Used-habitat calibration plots (UHC plots) are a graphical method for evaluating the calibration of a fitted HSF or (i)SSF model. The method uses a combination of parametric (to account for parameter uncertainty) and empirical bootstrapping to identify the distribution of used habitat, conditional on the fitted model and a test dataset. It can be used to identify problems in model specification, such as missing predictors and misspecified functional forms (e.g., linear rather than quadratic terms). For more details, see Fieberg et al. (2018).
We currently have an implementation of UHC plots in
for objects of class
fit_clogit (iSSFs). The approach for both models is
similar, making use of generic functions with appropriate methods
depending on the class.
For either an HSF or (i)SSF, the workflow is as follows:
plot()on the object returned in (4).
amt contains simulated habitat data. This was once
stored as a
RasterStack, but with conversion from
terra, it is no longer possible to
*.rda (the default
binary format for included data). Instead,
uhc_dat is a
data.frame that can be converted to a
hab <- rast(uhc_dat, type = "xyz", crs = "epsg:32612")
amt also contains location data simulated under (1) an
HSF and (2) an iSSF to demonstrate the UHC plot workflow.
hab, once converted)
contains 7 layers:
forage: forage biomass in g/m2 (a resource)
temp: mean annual temperature in °C (a condition)
pred: predator density in predators/100 km2 (a risk)
cover: land cover categories (1 = grassland, 2 = forest, 3 = wetland)
dist_to_water: distance to the wetland category in m (does not affect selection)
dist_to_cent: distance to the center of the raster in m (does not affect selection in HSF; avoidance of large distance to center in iSSF)
rand: random integer from -4 to 4 (does not affect selection)
temp, a condition, is modeled with a quadratic
term in the simulations.
True parameter values under the simulation are in the description for
each dataset, i.e.,
# Load all the packages we need library(amt) library(dplyr) library(terra) library(sf) data(uhc_hab) <- rast(uhc_hab, type = "xyz", crs = "epsg:32612") hab # Convert "cover" layer to factor levels(hab[]) <- data.frame(id = 1:3, cover = c("grass", "forest", "wetland")) # Affect habitat selection in simulation plot(hab[[1:4]])
# Do not affect habitat selection in simulation plot(hab[[5:7]])
The following is a demonstration of the workflow for an HSF.
First, we combine steps (1) and (2) by splitting into train/test data and then generating available locations and attributing with covariates and model weights.
# Load data data(uhc_hsf_locs) # Split into train (80%) and test (20%) set.seed(1) $train <- rbinom(n = nrow(uhc_hsf_locs), uhc_hsf_locssize = 1, prob = 0.8) <- uhc_hsf_locs[uhc_hsf_locs$train == 1, ] train <- uhc_hsf_locs[uhc_hsf_locs$train == 0, ] test # Available locations (entire raster extent) <- random_points(st_as_sf(st_as_sfc(st_bbox(hab))), avail_train n = nrow(train) * 10) <- random_points(st_as_sf(st_as_sfc(st_bbox(hab))), avail_test n = nrow(test) * 10) # Combine with used <- train |> train_dat make_track(x, y, crs = 32612) |> mutate(case_ = TRUE) |> bind_rows(avail_train) |> # Attach covariates extract_covariates(hab) |> # Assign large weights to available mutate(weight = case_when( ~ 1, case_ !case_ ~ 5000 )) <- test |> test_dat make_track(x, y, crs = 32612) |> mutate(case_ = TRUE) |> bind_rows(avail_test) |> # Attach covariates extract_covariates(hab) # Note 'weight' column not created for test data # (we assume all variables in test are candidate habitat variables)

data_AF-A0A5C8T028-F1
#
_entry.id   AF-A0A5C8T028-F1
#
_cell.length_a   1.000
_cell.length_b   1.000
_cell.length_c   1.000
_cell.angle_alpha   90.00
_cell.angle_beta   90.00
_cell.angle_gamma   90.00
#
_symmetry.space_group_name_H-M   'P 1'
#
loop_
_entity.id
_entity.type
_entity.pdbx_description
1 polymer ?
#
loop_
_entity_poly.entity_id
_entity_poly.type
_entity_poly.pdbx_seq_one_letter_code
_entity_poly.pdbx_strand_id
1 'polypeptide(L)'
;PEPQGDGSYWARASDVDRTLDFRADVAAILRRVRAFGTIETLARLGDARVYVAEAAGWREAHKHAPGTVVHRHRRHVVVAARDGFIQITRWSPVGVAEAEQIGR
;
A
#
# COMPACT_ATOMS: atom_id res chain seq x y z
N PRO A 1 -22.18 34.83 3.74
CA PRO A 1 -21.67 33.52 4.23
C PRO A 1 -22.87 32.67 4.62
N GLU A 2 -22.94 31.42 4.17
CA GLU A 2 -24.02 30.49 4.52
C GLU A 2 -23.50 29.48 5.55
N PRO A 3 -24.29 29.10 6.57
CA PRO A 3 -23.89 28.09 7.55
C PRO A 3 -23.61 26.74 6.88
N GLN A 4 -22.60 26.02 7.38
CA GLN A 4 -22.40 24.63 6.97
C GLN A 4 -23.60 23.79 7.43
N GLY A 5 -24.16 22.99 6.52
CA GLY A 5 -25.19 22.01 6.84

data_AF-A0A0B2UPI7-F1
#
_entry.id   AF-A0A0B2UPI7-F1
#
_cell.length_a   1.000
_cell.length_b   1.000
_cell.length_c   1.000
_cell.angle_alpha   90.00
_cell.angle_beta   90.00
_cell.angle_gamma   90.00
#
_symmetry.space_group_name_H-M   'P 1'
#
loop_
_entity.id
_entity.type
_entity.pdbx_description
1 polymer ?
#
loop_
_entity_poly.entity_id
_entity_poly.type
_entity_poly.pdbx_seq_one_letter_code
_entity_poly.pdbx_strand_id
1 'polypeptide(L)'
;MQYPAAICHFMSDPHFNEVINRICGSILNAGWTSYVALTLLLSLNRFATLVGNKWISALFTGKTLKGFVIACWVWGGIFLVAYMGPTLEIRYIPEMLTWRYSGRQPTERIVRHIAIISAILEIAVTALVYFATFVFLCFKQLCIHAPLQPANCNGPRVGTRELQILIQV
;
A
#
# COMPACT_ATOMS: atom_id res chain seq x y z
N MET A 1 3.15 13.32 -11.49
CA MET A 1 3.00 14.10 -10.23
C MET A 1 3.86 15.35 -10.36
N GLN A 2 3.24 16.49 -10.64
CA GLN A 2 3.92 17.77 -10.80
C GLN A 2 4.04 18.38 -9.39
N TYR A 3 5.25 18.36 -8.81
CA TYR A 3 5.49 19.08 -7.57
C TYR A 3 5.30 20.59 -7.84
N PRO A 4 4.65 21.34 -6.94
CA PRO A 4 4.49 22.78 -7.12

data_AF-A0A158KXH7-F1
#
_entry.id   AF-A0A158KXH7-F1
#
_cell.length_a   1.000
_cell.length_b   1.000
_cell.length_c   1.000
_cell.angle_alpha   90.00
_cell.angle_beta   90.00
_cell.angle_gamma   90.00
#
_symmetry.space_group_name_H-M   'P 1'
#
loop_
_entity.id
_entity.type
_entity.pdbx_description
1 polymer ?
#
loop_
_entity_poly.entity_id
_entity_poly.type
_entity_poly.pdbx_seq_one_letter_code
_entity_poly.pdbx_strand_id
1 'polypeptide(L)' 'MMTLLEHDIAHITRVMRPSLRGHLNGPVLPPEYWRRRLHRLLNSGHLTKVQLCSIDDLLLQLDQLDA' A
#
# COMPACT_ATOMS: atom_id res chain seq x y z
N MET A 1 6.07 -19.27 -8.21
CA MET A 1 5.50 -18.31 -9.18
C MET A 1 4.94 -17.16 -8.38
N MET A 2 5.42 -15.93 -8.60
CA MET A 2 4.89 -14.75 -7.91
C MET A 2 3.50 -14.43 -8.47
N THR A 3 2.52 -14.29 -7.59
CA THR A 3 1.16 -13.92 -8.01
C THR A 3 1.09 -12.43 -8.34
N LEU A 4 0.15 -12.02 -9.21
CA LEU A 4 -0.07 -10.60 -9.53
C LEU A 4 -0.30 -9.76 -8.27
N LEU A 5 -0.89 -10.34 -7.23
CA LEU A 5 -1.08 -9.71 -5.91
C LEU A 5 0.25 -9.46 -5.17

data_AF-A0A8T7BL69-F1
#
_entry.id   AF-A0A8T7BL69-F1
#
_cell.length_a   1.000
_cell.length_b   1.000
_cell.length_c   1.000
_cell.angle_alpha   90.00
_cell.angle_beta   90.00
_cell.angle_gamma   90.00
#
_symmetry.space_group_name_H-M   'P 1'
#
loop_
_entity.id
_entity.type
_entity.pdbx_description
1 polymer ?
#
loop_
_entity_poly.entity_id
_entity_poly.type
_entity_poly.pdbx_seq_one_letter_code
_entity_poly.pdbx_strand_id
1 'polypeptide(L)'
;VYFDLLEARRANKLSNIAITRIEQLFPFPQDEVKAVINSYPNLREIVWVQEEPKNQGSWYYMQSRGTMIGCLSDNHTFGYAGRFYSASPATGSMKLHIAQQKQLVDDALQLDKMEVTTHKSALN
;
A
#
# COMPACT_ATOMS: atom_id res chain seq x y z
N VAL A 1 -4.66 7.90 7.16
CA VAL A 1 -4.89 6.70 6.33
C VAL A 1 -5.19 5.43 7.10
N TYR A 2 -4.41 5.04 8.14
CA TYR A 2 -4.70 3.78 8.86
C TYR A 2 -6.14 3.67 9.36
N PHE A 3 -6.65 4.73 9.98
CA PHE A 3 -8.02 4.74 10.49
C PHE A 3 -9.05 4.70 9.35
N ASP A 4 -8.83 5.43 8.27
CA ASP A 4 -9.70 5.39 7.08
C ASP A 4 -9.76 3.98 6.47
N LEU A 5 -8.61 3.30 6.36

Now we move onto step (3), where we fit candidate models. We’ll start
with a model that has an incorrect formulation. We will leave the
quadratic term out for
temp and leave
out of the model.
<- glm(case_ ~ forage + temp + pred, hsf_wrong data = train_dat, family = binomial(), weights = weight)
We will also fit the correct model, using the structure used to generate the data.
<- glm(case_ ~ forage + temp + I(temp^2) + pred + cover, hsf_right data = train_dat, family = binomial(), weights = weight)
Next, onto step (4), where we use
prep_uhc() to prepare
the UHC data. This is the function that does most of the heavy lifting
(i.e., the boostrapping).
# Prep under wrong model <- prep_uhc(object = hsf_wrong, test_dat = test_dat, uhc_hsf_wrong n_samp = 100, verbose = FALSE) # In reality n_samp should be around 1000. # Prep under right model <- prep_uhc(object = hsf_right, test_dat = test_dat, uhc_hsf_right n_samp = 100, verbose = FALSE)
Finally, we are ready to plot (step 5). First, the wrong model.
Note that the used proportions for
cover == "forest" and
cover == "wetland" also fall above and below the modeled
envelope, respectively. These are our clues that the model is
dist_to_water also shows a mismatch between
observed and predicted values. If we didn’t already know that this was
an unimportant variable, we might consider including it in our model.
However, as we will see in the next set of plots, the correct model
specification does correctly capture
without needing to include it in the model.
Now, the right model.
We can see these issues have been resolved for our
variables, indicating that our “right” model is, in fact, better
hsf_wrong. Additionally, there is no longer
an issue with
dist_to_water, confirming that we do not need
to include it in the model.
Note that with a large number of bootstrap samples, the plots are quite complex and can take multiple seconds to render. If you are working with many candidate variables, this makes examining all the plot quite slow. We have included a few potential solutions to this problem:
uhc_dataobject by either integers or the names of the variables.
# By index plot(uhc_hsf_right[c(1, 3)])
# By names (vector of >1 names also allowed) plot(uhc_hsf_right["cover"])
# Coerce to data.frame <- as.data.frame(uhc_hsf_right) df # Create confidence envelopes (95% and 100%) <- conf_envelope(df, levels = c(0.95, 1)) env # Plot plot(env)